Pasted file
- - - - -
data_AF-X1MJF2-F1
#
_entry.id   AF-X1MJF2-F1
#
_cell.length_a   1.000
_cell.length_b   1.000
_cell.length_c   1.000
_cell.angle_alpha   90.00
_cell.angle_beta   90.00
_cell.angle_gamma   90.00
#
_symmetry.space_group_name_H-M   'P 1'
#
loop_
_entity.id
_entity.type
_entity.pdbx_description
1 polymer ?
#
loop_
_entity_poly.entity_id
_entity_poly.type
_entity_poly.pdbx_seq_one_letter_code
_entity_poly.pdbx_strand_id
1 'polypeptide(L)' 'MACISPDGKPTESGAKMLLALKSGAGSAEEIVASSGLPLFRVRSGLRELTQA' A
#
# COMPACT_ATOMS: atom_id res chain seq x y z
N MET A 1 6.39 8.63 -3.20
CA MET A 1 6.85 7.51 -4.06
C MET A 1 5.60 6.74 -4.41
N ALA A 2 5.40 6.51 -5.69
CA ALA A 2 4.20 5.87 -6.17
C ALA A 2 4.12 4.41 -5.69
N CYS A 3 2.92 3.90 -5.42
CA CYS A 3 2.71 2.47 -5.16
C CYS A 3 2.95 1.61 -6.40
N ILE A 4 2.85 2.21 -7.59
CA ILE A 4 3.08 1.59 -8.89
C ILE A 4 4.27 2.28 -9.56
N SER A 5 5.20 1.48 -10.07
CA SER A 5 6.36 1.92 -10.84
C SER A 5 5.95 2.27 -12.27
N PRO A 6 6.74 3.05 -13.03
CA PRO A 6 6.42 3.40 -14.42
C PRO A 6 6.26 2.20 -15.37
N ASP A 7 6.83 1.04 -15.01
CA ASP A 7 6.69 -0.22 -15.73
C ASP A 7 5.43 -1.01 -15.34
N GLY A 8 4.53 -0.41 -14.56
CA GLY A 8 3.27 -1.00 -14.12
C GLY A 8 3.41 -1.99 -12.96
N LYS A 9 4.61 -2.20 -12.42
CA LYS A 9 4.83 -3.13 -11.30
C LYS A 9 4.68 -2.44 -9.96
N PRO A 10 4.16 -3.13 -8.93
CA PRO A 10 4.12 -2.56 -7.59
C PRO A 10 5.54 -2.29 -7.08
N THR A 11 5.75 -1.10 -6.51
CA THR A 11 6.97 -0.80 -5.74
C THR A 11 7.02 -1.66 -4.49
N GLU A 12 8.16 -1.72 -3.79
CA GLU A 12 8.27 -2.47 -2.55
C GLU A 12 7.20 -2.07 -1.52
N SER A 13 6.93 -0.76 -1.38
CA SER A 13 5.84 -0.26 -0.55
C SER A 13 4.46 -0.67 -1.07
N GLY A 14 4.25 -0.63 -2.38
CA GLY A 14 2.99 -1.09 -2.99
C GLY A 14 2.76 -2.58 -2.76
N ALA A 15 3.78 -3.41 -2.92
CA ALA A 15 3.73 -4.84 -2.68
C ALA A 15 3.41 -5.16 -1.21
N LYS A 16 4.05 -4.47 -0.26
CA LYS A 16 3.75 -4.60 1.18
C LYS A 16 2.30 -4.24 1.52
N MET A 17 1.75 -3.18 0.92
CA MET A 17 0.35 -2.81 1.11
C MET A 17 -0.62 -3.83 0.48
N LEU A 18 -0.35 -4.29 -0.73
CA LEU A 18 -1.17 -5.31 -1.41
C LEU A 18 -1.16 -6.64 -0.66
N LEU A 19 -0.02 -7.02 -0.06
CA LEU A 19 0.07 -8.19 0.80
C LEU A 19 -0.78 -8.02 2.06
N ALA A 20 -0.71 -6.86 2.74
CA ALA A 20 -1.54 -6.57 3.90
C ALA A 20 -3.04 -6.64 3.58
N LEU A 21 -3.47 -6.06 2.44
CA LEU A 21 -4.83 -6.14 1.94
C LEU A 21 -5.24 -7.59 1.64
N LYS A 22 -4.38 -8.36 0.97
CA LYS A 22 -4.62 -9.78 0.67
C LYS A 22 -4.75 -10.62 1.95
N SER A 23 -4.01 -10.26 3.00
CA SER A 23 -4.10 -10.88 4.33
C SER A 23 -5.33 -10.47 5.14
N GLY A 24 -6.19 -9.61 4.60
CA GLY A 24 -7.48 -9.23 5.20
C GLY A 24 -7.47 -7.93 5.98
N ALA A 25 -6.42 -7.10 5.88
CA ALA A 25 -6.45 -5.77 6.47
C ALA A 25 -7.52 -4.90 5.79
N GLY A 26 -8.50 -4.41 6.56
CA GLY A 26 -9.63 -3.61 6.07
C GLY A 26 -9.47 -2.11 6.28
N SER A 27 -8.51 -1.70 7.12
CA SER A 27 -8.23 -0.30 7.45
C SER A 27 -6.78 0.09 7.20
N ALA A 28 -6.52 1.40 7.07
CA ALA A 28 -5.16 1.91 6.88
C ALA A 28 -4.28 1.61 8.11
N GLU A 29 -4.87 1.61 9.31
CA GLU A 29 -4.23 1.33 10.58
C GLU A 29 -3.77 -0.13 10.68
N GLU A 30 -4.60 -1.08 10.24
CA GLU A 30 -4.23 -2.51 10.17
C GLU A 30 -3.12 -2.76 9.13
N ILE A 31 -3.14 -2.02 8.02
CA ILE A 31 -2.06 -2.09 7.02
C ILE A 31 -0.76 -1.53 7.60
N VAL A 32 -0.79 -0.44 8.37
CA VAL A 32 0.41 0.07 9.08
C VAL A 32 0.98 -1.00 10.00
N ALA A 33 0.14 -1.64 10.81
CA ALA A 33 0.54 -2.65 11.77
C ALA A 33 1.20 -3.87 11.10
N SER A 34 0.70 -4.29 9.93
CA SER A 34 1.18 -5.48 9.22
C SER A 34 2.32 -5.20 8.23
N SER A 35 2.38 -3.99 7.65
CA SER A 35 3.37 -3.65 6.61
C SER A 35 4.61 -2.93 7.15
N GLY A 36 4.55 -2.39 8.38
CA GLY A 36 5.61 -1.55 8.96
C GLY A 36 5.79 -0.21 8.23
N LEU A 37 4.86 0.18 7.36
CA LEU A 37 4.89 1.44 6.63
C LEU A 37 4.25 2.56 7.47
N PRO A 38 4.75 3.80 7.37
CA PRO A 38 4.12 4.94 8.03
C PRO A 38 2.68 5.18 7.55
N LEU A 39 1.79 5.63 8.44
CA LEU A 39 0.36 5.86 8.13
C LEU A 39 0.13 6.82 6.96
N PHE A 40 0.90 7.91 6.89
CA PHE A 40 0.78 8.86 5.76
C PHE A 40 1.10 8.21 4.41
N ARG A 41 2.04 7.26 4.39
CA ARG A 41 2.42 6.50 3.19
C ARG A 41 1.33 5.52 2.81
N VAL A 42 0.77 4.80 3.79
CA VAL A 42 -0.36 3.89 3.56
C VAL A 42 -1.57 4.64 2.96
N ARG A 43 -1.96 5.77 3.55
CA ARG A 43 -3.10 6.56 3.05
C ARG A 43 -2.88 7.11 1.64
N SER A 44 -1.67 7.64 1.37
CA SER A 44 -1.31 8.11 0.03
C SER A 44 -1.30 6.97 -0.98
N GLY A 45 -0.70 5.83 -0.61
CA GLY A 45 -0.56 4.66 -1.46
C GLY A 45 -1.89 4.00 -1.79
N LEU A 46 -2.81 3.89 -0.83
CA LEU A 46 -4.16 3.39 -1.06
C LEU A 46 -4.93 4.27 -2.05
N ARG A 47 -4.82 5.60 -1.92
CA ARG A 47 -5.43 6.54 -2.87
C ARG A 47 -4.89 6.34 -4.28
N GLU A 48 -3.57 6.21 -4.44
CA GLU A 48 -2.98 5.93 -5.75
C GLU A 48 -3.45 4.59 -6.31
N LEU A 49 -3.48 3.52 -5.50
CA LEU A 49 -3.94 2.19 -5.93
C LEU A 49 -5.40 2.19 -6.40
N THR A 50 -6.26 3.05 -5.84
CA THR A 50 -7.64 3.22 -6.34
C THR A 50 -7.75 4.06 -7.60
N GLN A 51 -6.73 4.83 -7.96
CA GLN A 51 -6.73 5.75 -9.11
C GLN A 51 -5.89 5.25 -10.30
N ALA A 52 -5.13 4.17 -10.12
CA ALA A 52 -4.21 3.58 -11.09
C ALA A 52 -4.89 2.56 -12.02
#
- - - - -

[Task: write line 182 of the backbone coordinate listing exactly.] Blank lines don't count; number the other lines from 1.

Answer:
CA ALA A 52 -4.21 3.58 -11.09